OPINION: A bipartisan push to end gerrymandering
Editor's note: Brian Fitzpatrick is a former FBI anti-corruption agent who has made government reform a priority. Alan Lowenthal led the charge on redistricting reform while in the California state Legislature, eventually leading to the citizens' referendum that created an independent redistricting commission.
Each of us probably remembers a time as a child when we would look up to the clouds and find familiar shapes against a bright blue sky. Right now, a map of our country’s congressional districts would afford the same opportunity — a patchwork of zigging and zagging lines creating fanciful forms.
While it’s easy to chuckle at a district that looks more like a frying pan or a pair of earmuffs than a contiguous sphere of representation, the consequences of these ridiculously drawn districts are far from a laughing matter.
The process by which these 435 districts are laid out and adjusted is a function of redistricting. Currently, congressional districts are often subject to partisan politics, drawn behind closed doors to protect incumbent seats by whatever party holds a statewide majority. This results in “gerrymandering,” where districts are created to obtain the desired combination of voters to ensure a certain party's candidates have the electoral advantage.
Self-preservation is a powerful instinct. So, what happens when politicians and party bosses pick their voters? A toxic mix of decreased electoral competition, diminished independent representation, reduced faith and trust in government, and a continued hardening of partisanship.
Simply put, political redistricting attacks the bedrock right of every American to fair representation by their elected officials and grinds the gears of government to a halt.
Some states, including California, Ohio, Hawaii and Arizona, have made great strides to reduce gerrymandering through successful, independent redistricting commissions; lawmakers in Pennsylvania are considering similar measures right now. While there is no national standard process for creating congressional districts, the Constitution, as affirmed by the Supreme Court, gives Congress the authority to regulate elections and redistricting.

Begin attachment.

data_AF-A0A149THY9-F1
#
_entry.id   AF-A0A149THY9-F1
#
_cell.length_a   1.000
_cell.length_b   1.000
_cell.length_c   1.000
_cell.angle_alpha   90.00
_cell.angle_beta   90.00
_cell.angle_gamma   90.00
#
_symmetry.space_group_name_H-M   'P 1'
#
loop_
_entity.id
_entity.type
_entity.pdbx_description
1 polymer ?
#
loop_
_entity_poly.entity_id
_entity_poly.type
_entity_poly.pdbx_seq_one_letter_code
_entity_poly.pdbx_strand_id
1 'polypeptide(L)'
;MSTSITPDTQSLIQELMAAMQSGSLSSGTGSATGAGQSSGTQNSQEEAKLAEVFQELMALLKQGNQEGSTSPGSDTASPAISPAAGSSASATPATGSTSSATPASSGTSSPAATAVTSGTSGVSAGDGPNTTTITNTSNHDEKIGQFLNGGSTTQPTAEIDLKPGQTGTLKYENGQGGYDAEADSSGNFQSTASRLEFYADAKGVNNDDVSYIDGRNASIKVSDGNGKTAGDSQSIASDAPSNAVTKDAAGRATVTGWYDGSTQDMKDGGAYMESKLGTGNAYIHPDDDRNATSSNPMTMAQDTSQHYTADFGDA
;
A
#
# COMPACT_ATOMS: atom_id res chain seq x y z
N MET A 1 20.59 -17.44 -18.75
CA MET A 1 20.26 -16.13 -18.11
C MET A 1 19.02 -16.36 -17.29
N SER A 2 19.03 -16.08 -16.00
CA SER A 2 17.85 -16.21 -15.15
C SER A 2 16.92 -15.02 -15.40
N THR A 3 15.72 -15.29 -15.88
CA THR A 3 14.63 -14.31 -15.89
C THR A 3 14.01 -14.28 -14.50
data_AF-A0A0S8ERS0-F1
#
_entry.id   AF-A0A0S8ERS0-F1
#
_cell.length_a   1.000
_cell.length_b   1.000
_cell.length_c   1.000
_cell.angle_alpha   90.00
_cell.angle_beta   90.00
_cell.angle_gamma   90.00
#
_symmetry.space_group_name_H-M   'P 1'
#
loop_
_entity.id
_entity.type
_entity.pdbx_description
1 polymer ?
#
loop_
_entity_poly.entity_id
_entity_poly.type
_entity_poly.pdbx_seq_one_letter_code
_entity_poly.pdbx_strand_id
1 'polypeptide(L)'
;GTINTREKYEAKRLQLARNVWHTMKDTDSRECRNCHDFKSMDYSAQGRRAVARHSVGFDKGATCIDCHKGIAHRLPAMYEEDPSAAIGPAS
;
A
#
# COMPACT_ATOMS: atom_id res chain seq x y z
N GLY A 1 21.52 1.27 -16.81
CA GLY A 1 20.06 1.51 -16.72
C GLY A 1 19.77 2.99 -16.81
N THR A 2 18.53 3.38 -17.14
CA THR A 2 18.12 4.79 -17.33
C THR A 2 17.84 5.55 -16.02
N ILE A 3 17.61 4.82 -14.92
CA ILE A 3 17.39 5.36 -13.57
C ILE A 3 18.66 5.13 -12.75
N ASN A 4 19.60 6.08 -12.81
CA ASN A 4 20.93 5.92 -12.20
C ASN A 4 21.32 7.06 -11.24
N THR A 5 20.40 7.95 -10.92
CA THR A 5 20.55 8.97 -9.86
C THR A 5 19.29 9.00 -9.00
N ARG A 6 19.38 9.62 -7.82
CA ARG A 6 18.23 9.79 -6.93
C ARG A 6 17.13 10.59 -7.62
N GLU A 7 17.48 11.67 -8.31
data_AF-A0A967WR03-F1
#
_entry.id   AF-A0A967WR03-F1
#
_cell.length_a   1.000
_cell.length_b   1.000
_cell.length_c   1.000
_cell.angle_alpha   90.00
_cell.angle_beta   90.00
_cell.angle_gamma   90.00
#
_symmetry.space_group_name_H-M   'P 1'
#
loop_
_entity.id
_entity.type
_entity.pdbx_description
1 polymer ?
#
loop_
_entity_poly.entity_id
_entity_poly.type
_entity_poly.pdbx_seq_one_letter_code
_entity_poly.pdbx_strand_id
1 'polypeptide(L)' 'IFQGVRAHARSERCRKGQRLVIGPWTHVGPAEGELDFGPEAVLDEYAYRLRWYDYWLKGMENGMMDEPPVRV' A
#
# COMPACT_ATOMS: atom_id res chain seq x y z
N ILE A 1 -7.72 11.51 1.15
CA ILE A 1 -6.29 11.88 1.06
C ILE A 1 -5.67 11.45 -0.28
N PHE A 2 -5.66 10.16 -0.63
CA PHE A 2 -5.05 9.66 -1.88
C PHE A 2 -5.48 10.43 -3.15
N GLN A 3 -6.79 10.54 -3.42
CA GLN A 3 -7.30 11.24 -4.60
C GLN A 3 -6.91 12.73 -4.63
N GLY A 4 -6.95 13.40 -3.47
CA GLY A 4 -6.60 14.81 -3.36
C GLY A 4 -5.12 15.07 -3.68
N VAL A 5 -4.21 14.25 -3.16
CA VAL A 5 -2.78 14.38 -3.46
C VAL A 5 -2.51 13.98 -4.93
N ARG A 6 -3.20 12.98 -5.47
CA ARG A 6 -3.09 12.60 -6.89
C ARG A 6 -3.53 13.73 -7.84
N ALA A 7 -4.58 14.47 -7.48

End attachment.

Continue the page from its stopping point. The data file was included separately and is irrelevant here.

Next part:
It’s time Congress recognized the symptoms and identified the problem. That’s why, last week, we introduced a bipartisan resolution in the House of Representatives calling on Congress to commit to the removal of political gerrymandering from the congressional redistricting process as a crucial step to restoring public confidence in our electoral system.
Every citizen in every state deserves to have the same opportunity to have their congressional district boundaries drawn without the influence and gamesmanship of politics. Building consensus — Republicans and Democrats, progressives and conservatives — around this issue is critical.
Washington needs fewer politicians and more independent voices focused on serving the American people. The time is now to answer their call to fix this system so we can then get to addressing the challenges we face as a nation. That process starts by getting the back room out of the ballot box.